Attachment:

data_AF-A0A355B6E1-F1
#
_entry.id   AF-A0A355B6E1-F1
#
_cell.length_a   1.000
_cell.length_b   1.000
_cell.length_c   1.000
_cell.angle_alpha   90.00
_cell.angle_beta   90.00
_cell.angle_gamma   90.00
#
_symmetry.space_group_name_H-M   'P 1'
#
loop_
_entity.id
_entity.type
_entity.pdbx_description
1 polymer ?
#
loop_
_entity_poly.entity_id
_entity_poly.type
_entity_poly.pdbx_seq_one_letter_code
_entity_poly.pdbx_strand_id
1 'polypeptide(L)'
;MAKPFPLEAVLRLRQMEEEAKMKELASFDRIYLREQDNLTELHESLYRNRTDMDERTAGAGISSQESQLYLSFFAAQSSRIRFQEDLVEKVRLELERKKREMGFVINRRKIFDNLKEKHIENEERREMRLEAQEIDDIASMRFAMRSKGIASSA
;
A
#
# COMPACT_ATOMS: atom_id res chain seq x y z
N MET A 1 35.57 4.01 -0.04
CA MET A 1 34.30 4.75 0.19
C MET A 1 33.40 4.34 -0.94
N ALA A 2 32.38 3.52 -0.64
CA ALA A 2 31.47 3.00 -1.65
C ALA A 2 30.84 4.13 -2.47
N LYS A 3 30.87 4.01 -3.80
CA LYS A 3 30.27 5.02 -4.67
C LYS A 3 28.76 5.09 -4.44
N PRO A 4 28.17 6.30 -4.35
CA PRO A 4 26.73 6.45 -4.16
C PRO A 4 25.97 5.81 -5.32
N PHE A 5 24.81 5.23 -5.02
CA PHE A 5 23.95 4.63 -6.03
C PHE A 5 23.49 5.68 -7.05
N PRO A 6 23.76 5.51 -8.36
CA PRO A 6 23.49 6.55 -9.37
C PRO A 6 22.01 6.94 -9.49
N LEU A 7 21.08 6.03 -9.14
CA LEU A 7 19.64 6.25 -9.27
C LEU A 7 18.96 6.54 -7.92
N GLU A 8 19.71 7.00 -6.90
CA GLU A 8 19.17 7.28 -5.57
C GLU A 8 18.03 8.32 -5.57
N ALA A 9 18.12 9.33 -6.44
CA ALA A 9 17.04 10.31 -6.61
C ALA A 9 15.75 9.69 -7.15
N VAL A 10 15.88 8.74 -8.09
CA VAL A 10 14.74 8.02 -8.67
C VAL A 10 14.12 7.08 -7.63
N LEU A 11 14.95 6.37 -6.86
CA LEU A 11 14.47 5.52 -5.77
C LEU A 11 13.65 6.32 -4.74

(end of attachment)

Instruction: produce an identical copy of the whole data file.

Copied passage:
data_AF-A0A355B6E1-F1
#
_entry.id   AF-A0A355B6E1-F1
#
_cell.length_a   1.000
_cell.length_b   1.000
_cell.length_c   1.000
_cell.angle_alpha   90.00
_cell.angle_beta   90.00
_cell.angle_gamma   90.00
#
_symmetry.space_group_name_H-M   'P 1'
#
loop_
_entity.id
_entity.type
_entity.pdbx_description
1 polymer ?
#
loop_
_entity_poly.entity_id
_entity_poly.type
_entity_poly.pdbx_seq_one_letter_code
_entity_poly.pdbx_strand_id
1 'polypeptide(L)'
;MAKPFPLEAVLRLRQMEEEAKMKELASFDRIYLREQDNLTELHESLYRNRTDMDERTAGAGISSQESQLYLSFFAAQSSRIRFQEDLVEKVRLELERKKREMGFVINRRKIFDNLKEKHIENEERREMRLEAQEIDDIASMRFAMRSKGIASSA
;
A
#
# COMPACT_ATOMS: atom_id res chain seq x y z
N MET A 1 35.57 4.01 -0.04
CA MET A 1 34.30 4.75 0.19
C MET A 1 33.40 4.34 -0.94
N ALA A 2 32.38 3.52 -0.64
CA ALA A 2 31.47 3.00 -1.65
C ALA A 2 30.84 4.13 -2.47
N LYS A 3 30.87 4.01 -3.80
CA LYS A 3 30.27 5.02 -4.67
C LYS A 3 28.76 5.09 -4.44
N PRO A 4 28.17 6.30 -4.35
CA PRO A 4 26.73 6.45 -4.16
C PRO A 4 25.97 5.81 -5.32
N PHE A 5 24.81 5.23 -5.02
CA PHE A 5 23.95 4.63 -6.03
C PHE A 5 23.49 5.68 -7.05
N PRO A 6 23.76 5.51 -8.36
CA PRO A 6 23.49 6.55 -9.37
C PRO A 6 22.01 6.94 -9.49
N LEU A 7 21.08 6.03 -9.14
CA LEU A 7 19.64 6.25 -9.27
C LEU A 7 18.96 6.54 -7.92
N GLU A 8 19.71 7.00 -6.90
CA GLU A 8 19.17 7.28 -5.57
C GLU A 8 18.03 8.32 -5.57
N ALA A 9 18.12 9.33 -6.44
CA ALA A 9 17.04 10.31 -6.61
C ALA A 9 15.75 9.69 -7.15
N VAL A 10 15.88 8.74 -8.09
CA VAL A 10 14.74 8.02 -8.67
C VAL A 10 14.12 7.08 -7.63
N LEU A 11 14.95 6.37 -6.86
CA LEU A 11 14.47 5.52 -5.77
C LEU A 11 13.65 6.32 -4.74